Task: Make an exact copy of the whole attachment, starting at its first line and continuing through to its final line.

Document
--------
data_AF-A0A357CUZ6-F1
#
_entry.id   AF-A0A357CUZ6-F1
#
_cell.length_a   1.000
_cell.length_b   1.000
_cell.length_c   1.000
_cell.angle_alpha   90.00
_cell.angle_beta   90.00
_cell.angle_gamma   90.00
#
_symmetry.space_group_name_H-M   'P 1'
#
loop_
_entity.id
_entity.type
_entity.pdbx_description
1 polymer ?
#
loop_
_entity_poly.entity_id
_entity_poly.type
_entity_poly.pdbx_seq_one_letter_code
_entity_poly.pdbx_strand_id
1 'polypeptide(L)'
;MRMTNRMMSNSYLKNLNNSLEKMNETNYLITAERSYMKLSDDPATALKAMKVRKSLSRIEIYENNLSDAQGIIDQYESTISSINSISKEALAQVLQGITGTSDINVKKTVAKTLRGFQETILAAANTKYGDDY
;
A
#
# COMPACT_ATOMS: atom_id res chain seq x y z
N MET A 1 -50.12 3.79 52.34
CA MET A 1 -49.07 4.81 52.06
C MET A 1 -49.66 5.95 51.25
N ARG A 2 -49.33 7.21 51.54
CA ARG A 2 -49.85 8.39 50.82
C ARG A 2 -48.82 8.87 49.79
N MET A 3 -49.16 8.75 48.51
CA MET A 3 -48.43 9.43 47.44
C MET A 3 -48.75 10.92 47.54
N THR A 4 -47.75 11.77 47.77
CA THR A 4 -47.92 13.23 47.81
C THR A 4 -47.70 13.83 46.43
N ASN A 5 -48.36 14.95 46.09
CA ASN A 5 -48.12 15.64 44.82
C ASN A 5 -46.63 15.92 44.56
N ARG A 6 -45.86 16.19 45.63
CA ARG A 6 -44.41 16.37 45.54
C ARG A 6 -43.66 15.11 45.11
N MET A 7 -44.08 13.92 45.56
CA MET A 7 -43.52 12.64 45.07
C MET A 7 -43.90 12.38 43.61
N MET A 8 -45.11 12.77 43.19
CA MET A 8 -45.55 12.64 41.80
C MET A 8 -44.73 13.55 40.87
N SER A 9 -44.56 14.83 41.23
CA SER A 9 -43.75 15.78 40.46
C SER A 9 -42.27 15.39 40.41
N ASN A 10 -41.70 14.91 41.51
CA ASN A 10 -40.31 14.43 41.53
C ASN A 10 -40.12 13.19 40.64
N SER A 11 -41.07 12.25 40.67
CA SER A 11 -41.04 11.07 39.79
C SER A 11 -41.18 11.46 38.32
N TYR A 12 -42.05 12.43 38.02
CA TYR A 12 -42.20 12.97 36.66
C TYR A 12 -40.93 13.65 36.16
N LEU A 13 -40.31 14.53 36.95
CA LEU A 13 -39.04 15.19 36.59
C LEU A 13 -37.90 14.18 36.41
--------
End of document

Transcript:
data_AF-A0A357CUZ6-F1
#
_entry.id   AF-A0A357CUZ6-F1
#
_cell.length_a   1.000
_cell.length_b   1.000
_cell.length_c   1.000
_cell.angle_alpha   90.00
_cell.angle_beta   90.00
_cell.angle_gamma   90.00
#
_symmetry.space_group_name_H-M   'P 1'
#
loop_
_entity.id
_entity.type
_entity.pdbx_description
1 polymer ?
#
loop_
_entity_poly.entity_id
_entity_poly.type
_entity_poly.pdbx_seq_one_letter_code
_entity_poly.pdbx_strand_id
1 'polypeptide(L)'
;MRMTNRMMSNSYLKNLNNSLEKMNETNYLITAERSYMKLSDDPATALKAMKVRKSLSRIEIYENNLSDAQGIIDQYESTISSINSISKEALAQVLQGITGTSDINVKKTVAKTLRGFQETILAAANTKYGDDY
;
A
#
# COMPACT_ATOMS: atom_id res chain seq x y z
N MET A 1 -50.12 3.79 52.34
CA MET A 1 -49.07 4.81 52.06
C MET A 1 -49.66 5.95 51.25
N ARG A 2 -49.33 7.21 51.54
CA ARG A 2 -49.85 8.39 50.82
C ARG A 2 -48.82 8.87 49.79
N MET A 3 -49.16 8.75 48.51
CA MET A 3 -48.43 9.43 47.44
C MET A 3 -48.75 10.92 47.54
N THR A 4 -47.75 11.77 47.77
CA THR A 4 -47.92 13.23 47.81
C THR A 4 -47.70 13.83 46.43
N ASN A 5 -48.36 14.95 46.09
CA ASN A 5 -48.12 15.64 44.82
C ASN A 5 -46.63 15.92 44.56
N ARG A 6 -45.86 16.19 45.63
CA ARG A 6 -44.41 16.37 45.54
C ARG A 6 -43.66 15.11 45.11
N MET A 7 -44.08 13.92 45.56
CA MET A 7 -43.52 12.64 45.07
C MET A 7 -43.90 12.38 43.61
N MET A 8 -45.11 12.77 43.19
CA MET A 8 -45.55 12.64 41.80
C MET A 8 -44.73 13.55 40.87
N SER A 9 -44.56 14.83 41.23
CA SER A 9 -43.75 15.78 40.46
C SER A 9 -42.27 15.39 40.41
N ASN A 10 -41.70 14.91 41.51
CA ASN A 10 -40.31 14.43 41.53
C ASN A 10 -40.12 13.19 40.64
N SER A 11 -41.07 12.25 40.67
CA SER A 11 -41.04 11.07 39.79
C SER A 11 -41.18 11.46 38.32
N TYR A 12 -42.05 12.43 38.02
CA TYR A 12 -42.20 12.97 36.66
C TYR A 12 -40.93 13.65 36.16
N LEU A 13 -40.31 14.53 36.95
CA LEU A 13 -39.04 15.19 36.59
C LEU A 13 -37.90 14.18 36.41